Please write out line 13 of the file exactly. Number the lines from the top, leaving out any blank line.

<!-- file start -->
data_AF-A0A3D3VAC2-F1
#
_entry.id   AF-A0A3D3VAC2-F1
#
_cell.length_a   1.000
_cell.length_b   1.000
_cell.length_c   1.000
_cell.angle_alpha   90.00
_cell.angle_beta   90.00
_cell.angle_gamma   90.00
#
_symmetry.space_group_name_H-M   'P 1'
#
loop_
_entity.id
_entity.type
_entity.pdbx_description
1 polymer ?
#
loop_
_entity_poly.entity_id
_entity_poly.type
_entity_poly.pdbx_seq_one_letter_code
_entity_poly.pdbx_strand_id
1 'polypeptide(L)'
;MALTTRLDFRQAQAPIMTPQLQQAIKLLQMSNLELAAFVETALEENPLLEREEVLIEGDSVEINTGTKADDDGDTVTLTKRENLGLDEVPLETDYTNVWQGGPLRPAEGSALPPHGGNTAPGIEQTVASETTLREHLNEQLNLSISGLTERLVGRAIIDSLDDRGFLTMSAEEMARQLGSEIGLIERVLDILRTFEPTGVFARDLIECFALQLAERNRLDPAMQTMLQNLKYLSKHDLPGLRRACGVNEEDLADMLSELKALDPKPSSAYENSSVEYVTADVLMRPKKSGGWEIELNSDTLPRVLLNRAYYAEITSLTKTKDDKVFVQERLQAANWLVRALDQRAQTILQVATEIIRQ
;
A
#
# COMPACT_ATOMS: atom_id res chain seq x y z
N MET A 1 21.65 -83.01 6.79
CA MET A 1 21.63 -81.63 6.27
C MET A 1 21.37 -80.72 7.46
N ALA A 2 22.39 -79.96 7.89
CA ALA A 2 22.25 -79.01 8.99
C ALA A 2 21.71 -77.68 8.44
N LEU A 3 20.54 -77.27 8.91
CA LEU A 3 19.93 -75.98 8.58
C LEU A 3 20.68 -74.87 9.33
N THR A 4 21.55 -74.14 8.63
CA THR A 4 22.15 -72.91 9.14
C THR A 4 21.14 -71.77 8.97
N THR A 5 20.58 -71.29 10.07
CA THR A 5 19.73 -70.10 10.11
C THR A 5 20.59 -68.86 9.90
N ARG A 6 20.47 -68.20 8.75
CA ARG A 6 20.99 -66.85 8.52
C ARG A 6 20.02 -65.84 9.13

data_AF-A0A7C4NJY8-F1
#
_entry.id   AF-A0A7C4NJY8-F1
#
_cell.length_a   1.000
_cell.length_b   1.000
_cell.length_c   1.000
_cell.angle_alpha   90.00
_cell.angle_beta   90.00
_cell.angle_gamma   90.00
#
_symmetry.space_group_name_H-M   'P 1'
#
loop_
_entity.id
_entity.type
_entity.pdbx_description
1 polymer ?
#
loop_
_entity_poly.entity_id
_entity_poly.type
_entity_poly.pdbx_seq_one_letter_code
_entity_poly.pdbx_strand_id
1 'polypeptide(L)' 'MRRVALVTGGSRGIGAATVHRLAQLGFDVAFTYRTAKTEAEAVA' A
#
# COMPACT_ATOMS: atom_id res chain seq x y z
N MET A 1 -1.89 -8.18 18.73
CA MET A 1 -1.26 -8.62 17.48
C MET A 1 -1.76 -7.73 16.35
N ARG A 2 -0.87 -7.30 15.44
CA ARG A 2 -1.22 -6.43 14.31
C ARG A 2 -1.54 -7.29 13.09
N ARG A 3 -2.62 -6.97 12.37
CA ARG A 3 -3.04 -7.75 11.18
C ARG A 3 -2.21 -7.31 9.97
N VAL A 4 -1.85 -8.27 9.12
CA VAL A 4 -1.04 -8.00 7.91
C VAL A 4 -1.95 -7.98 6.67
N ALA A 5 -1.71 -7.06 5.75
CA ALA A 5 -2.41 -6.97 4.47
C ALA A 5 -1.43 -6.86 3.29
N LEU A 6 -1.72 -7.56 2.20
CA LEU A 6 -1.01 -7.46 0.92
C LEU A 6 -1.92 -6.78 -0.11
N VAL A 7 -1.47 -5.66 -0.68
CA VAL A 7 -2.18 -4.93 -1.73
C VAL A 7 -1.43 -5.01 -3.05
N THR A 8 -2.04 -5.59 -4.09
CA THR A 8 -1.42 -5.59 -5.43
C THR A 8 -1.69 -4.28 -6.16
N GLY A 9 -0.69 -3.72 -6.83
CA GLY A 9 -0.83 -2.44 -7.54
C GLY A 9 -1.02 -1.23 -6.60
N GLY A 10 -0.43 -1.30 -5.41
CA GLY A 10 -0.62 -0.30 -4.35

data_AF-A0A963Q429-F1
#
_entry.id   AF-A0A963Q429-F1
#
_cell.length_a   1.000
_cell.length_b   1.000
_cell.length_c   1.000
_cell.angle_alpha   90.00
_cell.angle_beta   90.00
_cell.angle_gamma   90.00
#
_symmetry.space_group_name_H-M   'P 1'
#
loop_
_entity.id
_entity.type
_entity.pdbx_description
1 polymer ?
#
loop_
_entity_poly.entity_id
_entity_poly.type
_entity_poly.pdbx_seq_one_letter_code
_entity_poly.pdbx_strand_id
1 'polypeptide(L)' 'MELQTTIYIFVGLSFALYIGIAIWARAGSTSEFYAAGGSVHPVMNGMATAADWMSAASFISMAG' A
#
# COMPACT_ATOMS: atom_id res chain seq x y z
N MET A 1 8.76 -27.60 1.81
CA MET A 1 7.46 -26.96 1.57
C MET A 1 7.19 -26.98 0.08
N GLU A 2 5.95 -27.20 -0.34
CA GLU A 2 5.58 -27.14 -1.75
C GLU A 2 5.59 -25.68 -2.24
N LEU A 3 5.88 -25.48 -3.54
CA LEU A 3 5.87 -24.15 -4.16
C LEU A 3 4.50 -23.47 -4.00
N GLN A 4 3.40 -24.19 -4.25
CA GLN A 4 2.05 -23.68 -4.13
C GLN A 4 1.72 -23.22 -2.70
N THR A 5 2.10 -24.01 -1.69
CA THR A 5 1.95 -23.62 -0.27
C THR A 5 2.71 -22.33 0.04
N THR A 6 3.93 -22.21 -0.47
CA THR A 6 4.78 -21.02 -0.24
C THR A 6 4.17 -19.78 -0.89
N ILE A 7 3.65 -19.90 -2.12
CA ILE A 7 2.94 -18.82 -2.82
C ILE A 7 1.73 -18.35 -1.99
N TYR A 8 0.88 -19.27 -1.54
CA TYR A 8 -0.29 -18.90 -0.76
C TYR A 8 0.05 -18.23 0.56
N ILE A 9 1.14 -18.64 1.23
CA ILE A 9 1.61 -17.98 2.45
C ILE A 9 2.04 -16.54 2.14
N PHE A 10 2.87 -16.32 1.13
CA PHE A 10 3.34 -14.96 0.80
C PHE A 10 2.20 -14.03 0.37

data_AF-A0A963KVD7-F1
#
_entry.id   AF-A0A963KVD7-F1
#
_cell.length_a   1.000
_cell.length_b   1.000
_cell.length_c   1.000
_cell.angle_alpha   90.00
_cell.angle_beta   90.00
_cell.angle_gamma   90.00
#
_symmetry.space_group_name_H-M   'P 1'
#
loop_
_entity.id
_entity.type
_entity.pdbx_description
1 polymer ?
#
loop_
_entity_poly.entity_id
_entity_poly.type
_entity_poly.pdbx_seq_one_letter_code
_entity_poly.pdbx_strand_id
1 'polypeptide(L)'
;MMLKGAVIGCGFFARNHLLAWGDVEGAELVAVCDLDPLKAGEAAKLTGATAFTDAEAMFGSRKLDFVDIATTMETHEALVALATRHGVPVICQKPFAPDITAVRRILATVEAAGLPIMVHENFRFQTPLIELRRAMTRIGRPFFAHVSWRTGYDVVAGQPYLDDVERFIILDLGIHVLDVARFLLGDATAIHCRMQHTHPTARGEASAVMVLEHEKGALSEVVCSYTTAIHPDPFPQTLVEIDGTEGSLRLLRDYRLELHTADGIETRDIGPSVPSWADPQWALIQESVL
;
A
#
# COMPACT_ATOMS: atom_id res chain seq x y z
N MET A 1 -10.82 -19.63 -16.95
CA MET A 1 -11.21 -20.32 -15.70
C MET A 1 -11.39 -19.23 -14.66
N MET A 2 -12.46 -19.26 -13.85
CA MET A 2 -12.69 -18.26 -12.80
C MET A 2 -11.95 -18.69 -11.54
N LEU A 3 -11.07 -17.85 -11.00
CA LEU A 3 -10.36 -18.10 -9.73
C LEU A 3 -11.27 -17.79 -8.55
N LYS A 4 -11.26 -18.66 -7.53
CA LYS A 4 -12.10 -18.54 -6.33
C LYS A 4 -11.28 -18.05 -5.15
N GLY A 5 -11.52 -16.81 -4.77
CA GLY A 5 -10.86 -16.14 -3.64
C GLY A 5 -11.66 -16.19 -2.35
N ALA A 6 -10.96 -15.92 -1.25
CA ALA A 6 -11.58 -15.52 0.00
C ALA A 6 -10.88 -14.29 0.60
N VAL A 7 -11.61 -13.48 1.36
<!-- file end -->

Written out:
#